The Tennessee Titans have put together a 36-44 record over the last five seasons and were 7-9 last year. The team hasn’t won a postseason game since 2003. And once again, it finds itself staring up from the bottom with NFL oddsmakers not giving the Titans a chance to be remembered (sorry, it was too easy).
The fans, once restless, now no longer care at all. Ken Whisenhunt is trying to change the culture in Tennessee and says he wants a “smart, tough, disciplined” team.
Odds to win Superbowl: 100/1
Odds to win AFC: 40/1
Odds to win AFC South: +700
Odds courtesy of Bovada
The Titans made a ton of changes in hopes of revitalizing the franchise. The roster underwent an overhaul, as did the coaching staff. Weisenhunt will entrust the offensive coordinating duties to Jason Michael, but as to what the team is going to do is anyone’s guess really. Weisenhunt will help with the play calling as the team seeks to develop an identity.
QB Jake Locker is running out of time to prove he is an NFL starting caliber player. The team declined his fifth-year option and rightfully so. He’s missed 14 of 32 starts due to injuries, and it has impeded his ability to establish any kind of rhythm. Behind Locker, there are scant options in the form of Charlie Whitehurst and Tyler Wilson. It’s kind of do or die for Locker, and he realizes that.
Chris Johnson is no longer in the Titans’ backfield. Shonn Greene had a tough time with knee injuries last season, but the addition of Bishop Sankey should help tremendously. Leon Washington and Jackie Battle will be back, too. Dexter McCluster will get the chance to be more than a return man as he was in Kansas City, and he could thrive as a ball carrier this year.
The receivers are the strength of Tennessee’s offense. Kendall Wright is a monster and managed 1,079 yards on 94 receptions last year. Justin Hunter should improve in his second year, and he added 15 pounds of muscle to better endure hits and physicality. He showed great flashes last season, though, so the Titans are pretty pleased with that draft selection. Nate Washington and TE Delanie Walker will also be important to the receiving game, and Walker had 60 catches last year.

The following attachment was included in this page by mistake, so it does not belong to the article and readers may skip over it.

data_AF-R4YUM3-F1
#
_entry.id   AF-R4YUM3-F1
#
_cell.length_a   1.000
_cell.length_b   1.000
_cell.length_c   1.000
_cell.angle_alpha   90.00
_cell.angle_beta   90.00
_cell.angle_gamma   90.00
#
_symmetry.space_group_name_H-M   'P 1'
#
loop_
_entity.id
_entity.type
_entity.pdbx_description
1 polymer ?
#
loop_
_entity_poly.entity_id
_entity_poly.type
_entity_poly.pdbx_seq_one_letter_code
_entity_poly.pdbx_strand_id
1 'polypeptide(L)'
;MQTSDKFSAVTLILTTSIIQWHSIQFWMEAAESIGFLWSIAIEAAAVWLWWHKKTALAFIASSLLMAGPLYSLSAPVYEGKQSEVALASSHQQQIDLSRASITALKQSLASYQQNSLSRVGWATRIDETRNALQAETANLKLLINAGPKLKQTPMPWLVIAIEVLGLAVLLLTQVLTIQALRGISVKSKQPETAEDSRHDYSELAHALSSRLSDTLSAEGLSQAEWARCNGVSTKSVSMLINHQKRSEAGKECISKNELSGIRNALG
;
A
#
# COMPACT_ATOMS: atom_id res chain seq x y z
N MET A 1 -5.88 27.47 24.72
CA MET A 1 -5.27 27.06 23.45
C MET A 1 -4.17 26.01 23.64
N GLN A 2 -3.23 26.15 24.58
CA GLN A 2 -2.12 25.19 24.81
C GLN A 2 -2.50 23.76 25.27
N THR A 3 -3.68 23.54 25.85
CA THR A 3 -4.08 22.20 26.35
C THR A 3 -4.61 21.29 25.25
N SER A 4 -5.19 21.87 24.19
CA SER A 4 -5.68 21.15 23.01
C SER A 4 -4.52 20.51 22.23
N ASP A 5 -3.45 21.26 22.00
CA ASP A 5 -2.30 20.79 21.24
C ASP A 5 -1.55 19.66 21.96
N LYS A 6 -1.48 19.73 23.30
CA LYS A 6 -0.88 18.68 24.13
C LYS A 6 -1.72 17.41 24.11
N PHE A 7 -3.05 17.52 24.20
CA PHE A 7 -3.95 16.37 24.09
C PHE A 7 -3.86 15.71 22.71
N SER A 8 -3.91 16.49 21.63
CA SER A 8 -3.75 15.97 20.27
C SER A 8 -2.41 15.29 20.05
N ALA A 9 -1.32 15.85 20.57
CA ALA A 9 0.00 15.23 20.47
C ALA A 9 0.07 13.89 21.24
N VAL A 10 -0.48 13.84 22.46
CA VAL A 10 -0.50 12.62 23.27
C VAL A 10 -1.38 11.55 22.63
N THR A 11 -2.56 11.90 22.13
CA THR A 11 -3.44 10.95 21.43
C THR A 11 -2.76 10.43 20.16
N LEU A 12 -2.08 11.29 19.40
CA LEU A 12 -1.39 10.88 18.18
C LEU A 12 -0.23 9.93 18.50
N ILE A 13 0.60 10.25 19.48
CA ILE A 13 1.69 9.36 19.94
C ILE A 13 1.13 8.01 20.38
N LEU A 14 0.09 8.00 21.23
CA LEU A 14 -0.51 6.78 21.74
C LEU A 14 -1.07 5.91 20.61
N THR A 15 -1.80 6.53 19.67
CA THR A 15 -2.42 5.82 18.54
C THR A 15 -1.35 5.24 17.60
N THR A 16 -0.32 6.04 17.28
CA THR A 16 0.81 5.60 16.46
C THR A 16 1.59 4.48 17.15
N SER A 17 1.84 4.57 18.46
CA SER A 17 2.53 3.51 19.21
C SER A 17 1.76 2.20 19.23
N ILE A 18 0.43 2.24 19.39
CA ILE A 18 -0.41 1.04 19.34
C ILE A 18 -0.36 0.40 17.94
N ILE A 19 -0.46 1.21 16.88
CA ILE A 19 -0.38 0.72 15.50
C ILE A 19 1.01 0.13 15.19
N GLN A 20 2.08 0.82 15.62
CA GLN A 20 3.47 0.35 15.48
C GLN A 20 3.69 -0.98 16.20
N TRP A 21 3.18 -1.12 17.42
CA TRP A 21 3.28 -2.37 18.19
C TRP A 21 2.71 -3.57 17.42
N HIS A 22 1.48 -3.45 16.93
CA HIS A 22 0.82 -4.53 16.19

The OL made big changes over the offseason and will bring some experience to the field. It’s a good enough line to create holes for Greene, Sankey, Washington and McCluster. They’ll also do a good job at stopping pass rushers. if the offense flounders, it likely won’t be due to inadequacies in the line this year.
The Titans will go to a hybrid 3-4 scheme this season on D. Tennessee will look to be a lot more aggressive this season, though. The DL returns most of its defensive front, but will have to adjust to the 3-4. Jurrell Casey had 10.5 sacks last season, and he’s a big part of what the Titans are going to do on defense.
The LB corp is very good for Tenn. Former ends Derrick Morgan and Kamerion Wimbley will stand up a lot in the new scheme, and the outside is going to be pretty good too with Akeem Ayers and Shaun Phillips. Phillips’ experience will help the unit.
The secondary returns four of its top players from last season, but lost Pro Bowl CB Alterraun Verner. Third-year CB Coty Sensabaugh will likely replace Verner, but Blidi Wreh-Wilson will also be in the mix. Safety Bernard Pollard is a tough, physical player that helps the secondary tremendously.
The Titans had to replace kicker Rob Bironas, and Maikon Bonani will have a good shot at the role. Punter Brett Kern did well last season and is back in the fold. McCluster will help the return game. Leon Washington will return punts.
The Titans will be improved this year, but how improved is a matter of debate. The fan base is losing hope in Tennessee and needs the team to turn around before it can fill its 68,000 seat stadium again. Fanbases don’t remain forever loyal, and not having won a playoff game for 11 seasons can help alienate fans plenty. Locker has to stay healthy. If he doesn’t, he’s toast.